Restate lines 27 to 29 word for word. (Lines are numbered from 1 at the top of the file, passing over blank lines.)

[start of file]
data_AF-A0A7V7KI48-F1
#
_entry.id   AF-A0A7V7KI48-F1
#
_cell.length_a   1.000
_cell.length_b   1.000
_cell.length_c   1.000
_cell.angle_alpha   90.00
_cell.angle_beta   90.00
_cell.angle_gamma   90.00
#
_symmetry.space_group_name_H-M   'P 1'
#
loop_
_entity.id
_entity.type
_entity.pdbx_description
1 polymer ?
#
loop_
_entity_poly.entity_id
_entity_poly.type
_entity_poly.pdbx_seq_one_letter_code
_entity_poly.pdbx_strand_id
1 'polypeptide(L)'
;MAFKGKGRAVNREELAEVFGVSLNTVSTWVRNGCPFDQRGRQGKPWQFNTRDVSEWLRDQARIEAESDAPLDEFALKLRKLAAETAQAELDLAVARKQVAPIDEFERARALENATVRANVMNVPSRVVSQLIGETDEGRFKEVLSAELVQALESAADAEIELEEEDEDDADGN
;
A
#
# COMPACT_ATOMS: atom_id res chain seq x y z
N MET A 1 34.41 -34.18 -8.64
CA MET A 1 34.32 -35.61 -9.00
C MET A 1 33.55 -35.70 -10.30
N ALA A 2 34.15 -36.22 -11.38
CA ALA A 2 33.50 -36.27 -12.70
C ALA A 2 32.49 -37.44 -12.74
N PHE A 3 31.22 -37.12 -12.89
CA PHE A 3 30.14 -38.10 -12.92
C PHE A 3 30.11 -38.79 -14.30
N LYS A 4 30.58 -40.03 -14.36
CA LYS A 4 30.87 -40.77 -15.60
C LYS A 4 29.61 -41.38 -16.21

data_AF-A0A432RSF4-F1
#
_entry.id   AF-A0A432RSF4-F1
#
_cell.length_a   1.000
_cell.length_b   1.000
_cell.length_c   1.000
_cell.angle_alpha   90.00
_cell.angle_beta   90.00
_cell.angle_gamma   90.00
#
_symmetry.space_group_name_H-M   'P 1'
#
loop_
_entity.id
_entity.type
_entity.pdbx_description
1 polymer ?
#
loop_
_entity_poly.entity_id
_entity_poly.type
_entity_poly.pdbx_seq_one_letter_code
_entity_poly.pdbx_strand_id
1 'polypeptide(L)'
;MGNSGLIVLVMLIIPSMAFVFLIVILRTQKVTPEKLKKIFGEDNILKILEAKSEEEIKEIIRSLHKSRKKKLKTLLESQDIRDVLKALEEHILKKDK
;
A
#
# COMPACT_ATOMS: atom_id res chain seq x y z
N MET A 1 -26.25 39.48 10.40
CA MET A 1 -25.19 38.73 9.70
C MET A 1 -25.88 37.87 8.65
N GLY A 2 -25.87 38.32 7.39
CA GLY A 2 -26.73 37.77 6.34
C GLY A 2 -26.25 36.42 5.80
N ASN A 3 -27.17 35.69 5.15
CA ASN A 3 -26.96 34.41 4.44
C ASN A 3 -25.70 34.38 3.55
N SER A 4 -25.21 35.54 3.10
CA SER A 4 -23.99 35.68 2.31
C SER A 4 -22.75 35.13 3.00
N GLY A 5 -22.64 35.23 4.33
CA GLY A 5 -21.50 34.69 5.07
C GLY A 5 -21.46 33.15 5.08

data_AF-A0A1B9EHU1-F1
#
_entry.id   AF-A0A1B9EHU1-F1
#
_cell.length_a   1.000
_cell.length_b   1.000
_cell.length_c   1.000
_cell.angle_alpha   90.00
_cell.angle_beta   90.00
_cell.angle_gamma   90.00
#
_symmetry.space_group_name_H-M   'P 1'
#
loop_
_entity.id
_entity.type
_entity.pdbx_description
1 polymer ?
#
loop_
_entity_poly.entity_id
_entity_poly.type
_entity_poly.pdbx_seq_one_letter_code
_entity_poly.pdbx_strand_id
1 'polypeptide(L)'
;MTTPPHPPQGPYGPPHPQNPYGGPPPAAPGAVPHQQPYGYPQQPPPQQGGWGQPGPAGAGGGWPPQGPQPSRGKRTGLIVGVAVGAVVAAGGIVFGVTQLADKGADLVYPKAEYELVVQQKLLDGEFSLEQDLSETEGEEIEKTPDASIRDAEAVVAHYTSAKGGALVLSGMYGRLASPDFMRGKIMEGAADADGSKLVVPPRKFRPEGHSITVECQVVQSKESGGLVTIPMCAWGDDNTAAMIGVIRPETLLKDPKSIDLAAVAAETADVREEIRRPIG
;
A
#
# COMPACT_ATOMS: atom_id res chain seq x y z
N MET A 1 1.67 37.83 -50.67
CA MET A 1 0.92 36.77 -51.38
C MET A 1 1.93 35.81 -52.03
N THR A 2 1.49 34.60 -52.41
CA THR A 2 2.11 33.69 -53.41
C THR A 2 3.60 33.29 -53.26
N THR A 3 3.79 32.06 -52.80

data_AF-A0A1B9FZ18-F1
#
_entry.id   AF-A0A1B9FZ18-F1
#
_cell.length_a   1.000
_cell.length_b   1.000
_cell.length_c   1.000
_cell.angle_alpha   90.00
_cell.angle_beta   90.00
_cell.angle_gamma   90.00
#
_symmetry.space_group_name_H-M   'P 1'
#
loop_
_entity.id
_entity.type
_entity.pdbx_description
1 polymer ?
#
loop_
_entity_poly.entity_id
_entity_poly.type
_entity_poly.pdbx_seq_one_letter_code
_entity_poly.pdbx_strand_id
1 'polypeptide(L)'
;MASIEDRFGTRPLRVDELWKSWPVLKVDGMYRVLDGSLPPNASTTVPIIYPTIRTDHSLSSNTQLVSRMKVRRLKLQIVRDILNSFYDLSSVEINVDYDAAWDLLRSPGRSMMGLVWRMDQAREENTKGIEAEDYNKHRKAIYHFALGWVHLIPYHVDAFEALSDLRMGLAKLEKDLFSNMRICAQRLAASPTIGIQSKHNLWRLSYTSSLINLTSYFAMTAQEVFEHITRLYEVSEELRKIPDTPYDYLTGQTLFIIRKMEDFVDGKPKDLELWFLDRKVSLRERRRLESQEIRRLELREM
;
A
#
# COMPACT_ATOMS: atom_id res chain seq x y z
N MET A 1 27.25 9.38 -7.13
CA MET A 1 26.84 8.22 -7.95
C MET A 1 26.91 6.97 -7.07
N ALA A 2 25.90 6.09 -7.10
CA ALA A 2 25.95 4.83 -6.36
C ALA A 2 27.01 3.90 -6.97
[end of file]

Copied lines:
;
A
#